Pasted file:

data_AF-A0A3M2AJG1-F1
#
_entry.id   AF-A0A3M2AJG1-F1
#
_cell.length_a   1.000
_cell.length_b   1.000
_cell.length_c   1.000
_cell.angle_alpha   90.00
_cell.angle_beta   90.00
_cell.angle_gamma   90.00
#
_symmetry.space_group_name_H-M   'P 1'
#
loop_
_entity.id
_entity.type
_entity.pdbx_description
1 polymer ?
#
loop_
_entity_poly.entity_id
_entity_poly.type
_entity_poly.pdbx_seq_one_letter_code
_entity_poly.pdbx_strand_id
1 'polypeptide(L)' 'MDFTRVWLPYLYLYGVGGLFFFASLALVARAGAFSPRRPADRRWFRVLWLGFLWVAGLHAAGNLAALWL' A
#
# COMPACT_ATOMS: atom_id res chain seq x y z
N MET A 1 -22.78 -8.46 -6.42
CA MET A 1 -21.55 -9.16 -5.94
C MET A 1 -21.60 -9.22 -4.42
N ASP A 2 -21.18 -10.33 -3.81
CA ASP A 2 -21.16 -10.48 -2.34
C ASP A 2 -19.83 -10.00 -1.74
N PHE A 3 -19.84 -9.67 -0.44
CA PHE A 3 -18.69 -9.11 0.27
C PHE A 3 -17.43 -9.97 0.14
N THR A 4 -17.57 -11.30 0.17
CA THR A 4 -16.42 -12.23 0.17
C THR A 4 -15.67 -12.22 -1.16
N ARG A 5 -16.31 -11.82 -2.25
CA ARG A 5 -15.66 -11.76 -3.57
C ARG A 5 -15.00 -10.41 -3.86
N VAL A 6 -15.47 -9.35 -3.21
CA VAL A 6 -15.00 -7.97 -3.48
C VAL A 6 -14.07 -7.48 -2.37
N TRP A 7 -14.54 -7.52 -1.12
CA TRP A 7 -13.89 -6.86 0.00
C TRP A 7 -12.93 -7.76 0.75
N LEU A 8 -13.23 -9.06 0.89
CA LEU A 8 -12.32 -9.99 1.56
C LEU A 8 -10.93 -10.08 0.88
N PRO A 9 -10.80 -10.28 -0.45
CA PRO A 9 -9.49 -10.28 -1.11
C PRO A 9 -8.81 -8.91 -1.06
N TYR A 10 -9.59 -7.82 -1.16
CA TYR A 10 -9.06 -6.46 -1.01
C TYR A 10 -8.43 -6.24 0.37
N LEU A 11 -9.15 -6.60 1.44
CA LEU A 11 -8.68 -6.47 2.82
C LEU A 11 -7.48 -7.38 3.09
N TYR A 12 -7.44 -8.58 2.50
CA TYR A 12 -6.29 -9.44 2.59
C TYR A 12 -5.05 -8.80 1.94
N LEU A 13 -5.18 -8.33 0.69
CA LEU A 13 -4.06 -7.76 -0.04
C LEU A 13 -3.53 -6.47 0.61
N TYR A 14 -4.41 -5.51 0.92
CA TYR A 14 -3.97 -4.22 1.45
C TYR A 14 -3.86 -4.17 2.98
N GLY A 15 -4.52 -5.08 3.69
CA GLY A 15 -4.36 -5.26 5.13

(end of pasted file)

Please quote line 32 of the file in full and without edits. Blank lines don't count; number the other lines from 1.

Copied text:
CA ASP A 2 -21.16 -10.48 -2.34